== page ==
The high blood sugar is the main characteristic of diabetes and it produces the classical symptoms of polyuria (frequent urination), polydipsia (increased thirst) and polyphagia (increased hunger) in patients. But apart from these chief clinical complaints, other co-morbidities such as, retinopathy, nephropathy neuropathy and cardiovascular problems also associate with T2D patients over the time [2].

Along with genetic, the epidemic of T2D is associated with a large number of environmental factors also. A sedentary lifestyle, lack of proper nutrition (excessive calories and low fiber intake), stress, smoking and alcohol consumption are a few of the important factors generally observed in the urban population and associated with the development of T2D. The important risk factors which make a person more prone to developing this disease include obesity (BMI>25Kg/m2), age (>40 years) and an imbalance between energy intake and expenditure [3].

T2D is one of the most important health challenges faced by the global population today. According to the International Diabetes Federation, in 2013 there were 382 million people worldwide suffering from DM which is estimated to be 8.5% of the world’s population and if left unchecked this number may rise to 592 million by the year 2035. Diabetes Atlas, 2006 published by the International Diabetes Federation, there are around 40.9 million diabetic patients in India and which is expected to increase to 70 million by 2025 unless preventive measures are taken [4]. The most disturbing change in the trend towards its prevalence is a decrease in the age of onset with the greatest number of people with diabetes present between 40 and 59 years of age [5].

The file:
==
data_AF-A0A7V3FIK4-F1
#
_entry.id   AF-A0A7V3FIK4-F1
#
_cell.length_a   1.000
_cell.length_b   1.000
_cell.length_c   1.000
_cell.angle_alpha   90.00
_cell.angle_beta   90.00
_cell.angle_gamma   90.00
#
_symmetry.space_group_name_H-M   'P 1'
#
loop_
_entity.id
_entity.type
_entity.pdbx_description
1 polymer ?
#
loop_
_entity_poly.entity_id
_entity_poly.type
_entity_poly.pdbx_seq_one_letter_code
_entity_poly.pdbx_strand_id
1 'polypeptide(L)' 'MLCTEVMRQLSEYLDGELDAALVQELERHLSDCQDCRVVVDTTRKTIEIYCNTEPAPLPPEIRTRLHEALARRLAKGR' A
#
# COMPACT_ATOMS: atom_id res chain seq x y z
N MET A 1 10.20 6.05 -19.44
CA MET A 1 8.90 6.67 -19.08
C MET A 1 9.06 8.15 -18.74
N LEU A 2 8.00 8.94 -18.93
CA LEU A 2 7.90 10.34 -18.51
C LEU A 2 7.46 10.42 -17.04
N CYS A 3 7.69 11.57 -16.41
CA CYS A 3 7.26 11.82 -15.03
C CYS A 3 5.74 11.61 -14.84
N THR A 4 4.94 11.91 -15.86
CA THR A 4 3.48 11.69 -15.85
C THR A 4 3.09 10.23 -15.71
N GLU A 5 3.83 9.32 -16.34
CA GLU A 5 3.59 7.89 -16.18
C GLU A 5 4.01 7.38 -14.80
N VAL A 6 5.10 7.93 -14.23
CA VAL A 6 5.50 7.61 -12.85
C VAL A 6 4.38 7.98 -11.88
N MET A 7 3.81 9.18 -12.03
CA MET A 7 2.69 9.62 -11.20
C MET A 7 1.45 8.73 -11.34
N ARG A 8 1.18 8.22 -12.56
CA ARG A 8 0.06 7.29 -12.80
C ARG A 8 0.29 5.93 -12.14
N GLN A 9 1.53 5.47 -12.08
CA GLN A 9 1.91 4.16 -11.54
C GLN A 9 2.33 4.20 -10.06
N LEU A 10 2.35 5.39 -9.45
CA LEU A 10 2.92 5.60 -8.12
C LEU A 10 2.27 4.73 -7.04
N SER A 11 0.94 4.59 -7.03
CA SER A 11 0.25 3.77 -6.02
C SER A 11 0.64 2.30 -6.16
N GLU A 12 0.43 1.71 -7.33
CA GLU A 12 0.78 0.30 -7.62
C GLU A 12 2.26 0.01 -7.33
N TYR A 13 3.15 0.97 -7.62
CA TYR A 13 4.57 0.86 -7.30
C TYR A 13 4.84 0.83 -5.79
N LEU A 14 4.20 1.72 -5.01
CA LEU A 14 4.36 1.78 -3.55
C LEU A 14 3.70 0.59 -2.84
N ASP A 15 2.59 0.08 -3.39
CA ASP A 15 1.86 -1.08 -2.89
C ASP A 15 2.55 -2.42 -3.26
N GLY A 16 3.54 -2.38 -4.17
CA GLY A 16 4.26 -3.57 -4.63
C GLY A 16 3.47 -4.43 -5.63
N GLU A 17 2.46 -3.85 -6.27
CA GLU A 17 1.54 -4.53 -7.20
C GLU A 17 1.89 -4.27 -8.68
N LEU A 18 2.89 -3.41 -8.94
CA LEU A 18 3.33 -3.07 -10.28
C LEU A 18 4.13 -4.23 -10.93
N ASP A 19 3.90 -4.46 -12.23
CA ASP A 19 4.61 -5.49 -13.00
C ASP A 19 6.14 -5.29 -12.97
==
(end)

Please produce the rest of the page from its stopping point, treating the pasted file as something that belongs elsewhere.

Due to the pathogenic complexity of the disease, the cure and its management are also not very straight forward and thus the economic burden of diabetes mellitus is also immense. A global expenditure exceeding USD 548 billion was done to treat, prevent or manage diabetes mellitus and its associated complications [5]. However, none of the drug/therapy is proven to completely cure this disease. Thus, a proper health care system to manage and treat this disease afflicting people of all economic backgrounds is the need of the hour. In the current article, we are summarizing all the current treatments available for diabetic patients and their side effects. Further, we are also highlighting the evidences in support to some common complementary treatments and put forth the explanation towards their usage to avoid the side effects of drugs and better management of T2D.

Current treatments for T2D and their side effects